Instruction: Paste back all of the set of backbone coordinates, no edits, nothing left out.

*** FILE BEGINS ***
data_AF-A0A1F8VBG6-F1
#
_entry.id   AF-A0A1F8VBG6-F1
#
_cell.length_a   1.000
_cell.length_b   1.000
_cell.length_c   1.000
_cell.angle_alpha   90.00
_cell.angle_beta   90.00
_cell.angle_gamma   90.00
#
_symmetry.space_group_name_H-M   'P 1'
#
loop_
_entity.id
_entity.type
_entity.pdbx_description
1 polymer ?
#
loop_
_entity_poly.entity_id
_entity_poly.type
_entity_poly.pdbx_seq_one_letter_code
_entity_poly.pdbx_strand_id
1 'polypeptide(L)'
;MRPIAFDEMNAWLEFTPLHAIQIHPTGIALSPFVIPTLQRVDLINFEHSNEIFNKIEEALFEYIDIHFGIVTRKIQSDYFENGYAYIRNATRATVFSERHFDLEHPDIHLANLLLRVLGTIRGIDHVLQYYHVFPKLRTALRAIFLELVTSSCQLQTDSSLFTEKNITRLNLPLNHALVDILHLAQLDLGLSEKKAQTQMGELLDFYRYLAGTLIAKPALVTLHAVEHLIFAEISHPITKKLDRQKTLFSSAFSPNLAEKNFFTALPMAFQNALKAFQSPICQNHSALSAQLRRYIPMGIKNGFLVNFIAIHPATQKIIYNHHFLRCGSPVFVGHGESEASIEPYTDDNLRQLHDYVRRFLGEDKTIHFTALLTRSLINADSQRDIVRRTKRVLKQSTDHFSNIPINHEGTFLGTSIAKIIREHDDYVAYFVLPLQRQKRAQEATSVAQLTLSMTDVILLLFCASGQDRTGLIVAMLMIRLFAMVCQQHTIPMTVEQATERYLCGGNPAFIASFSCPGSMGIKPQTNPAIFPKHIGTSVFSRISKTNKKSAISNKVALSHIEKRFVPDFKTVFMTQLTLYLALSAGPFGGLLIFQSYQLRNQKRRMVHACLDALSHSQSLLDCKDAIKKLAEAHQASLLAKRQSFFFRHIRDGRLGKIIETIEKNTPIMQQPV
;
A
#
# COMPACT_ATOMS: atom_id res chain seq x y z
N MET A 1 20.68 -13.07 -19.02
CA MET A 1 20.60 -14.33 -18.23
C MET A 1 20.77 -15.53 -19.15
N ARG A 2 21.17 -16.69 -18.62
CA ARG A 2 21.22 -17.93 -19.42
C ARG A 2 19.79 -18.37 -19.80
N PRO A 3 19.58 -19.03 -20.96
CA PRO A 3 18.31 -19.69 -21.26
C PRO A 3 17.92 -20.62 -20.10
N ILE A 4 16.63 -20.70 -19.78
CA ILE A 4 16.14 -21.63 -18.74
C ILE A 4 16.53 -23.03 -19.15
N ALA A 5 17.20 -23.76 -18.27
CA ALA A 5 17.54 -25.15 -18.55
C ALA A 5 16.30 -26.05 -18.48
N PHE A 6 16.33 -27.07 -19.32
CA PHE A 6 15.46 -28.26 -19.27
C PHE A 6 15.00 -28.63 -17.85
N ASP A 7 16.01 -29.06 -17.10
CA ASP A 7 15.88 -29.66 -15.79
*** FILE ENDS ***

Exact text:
data_AF-A0A1F8VBG6-F1
#
_entry.id   AF-A0A1F8VBG6-F1
#
_cell.length_a   1.000
_cell.length_b   1.000
_cell.length_c   1.000
_cell.angle_alpha   90.00
_cell.angle_beta   90.00
_cell.angle_gamma   90.00
#
_symmetry.space_group_name_H-M   'P 1'
#
loop_
_entity.id
_entity.type
_entity.pdbx_description
1 polymer ?
#
loop_
_entity_poly.entity_id
_entity_poly.type
_entity_poly.pdbx_seq_one_letter_code
_entity_poly.pdbx_strand_id
1 'polypeptide(L)'
;MRPIAFDEMNAWLEFTPLHAIQIHPTGIALSPFVIPTLQRVDLINFEHSNEIFNKIEEALFEYIDIHFGIVTRKIQSDYFENGYAYIRNATRATVFSERHFDLEHPDIHLANLLLRVLGTIRGIDHVLQYYHVFPKLRTALRAIFLELVTSSCQLQTDSSLFTEKNITRLNLPLNHALVDILHLAQLDLGLSEKKAQTQMGELLDFYRYLAGTLIAKPALVTLHAVEHLIFAEISHPITKKLDRQKTLFSSAFSPNLAEKNFFTALPMAFQNALKAFQSPICQNHSALSAQLRRYIPMGIKNGFLVNFIAIHPATQKIIYNHHFLRCGSPVFVGHGESEASIEPYTDDNLRQLHDYVRRFLGEDKTIHFTALLTRSLINADSQRDIVRRTKRVLKQSTDHFSNIPINHEGTFLGTSIAKIIREHDDYVAYFVLPLQRQKRAQEATSVAQLTLSMTDVILLLFCASGQDRTGLIVAMLMIRLFAMVCQQHTIPMTVEQATERYLCGGNPAFIASFSCPGSMGIKPQTNPAIFPKHIGTSVFSRISKTNKKSAISNKVALSHIEKRFVPDFKTVFMTQLTLYLALSAGPFGGLLIFQSYQLRNQKRRMVHACLDALSHSQSLLDCKDAIKKLAEAHQASLLAKRQSFFFRHIRDGRLGKIIETIEKNTPIMQQPV
;
A
#
# COMPACT_ATOMS: atom_id res chain seq x y z
N MET A 1 20.68 -13.07 -19.02
CA MET A 1 20.60 -14.33 -18.23
C MET A 1 20.77 -15.53 -19.15
N ARG A 2 21.17 -16.69 -18.62
CA ARG A 2 21.22 -17.93 -19.42
C ARG A 2 19.79 -18.37 -19.80
N PRO A 3 19.58 -19.03 -20.96
CA PRO A 3 18.31 -19.69 -21.26
C PRO A 3 17.92 -20.62 -20.10
N ILE A 4 16.63 -20.70 -19.78
CA ILE A 4 16.14 -21.63 -18.74
C ILE A 4 16.53 -23.03 -19.15
N ALA A 5 17.20 -23.76 -18.27
CA ALA A 5 17.54 -25.15 -18.55
C ALA A 5 16.30 -26.05 -18.48
N PHE A 6 16.33 -27.07 -19.32
CA PHE A 6 15.46 -28.26 -19.27
C PHE A 6 15.00 -28.63 -17.85
N ASP A 7 16.01 -29.06 -17.10
CA ASP A 7 15.88 -29.66 -15.79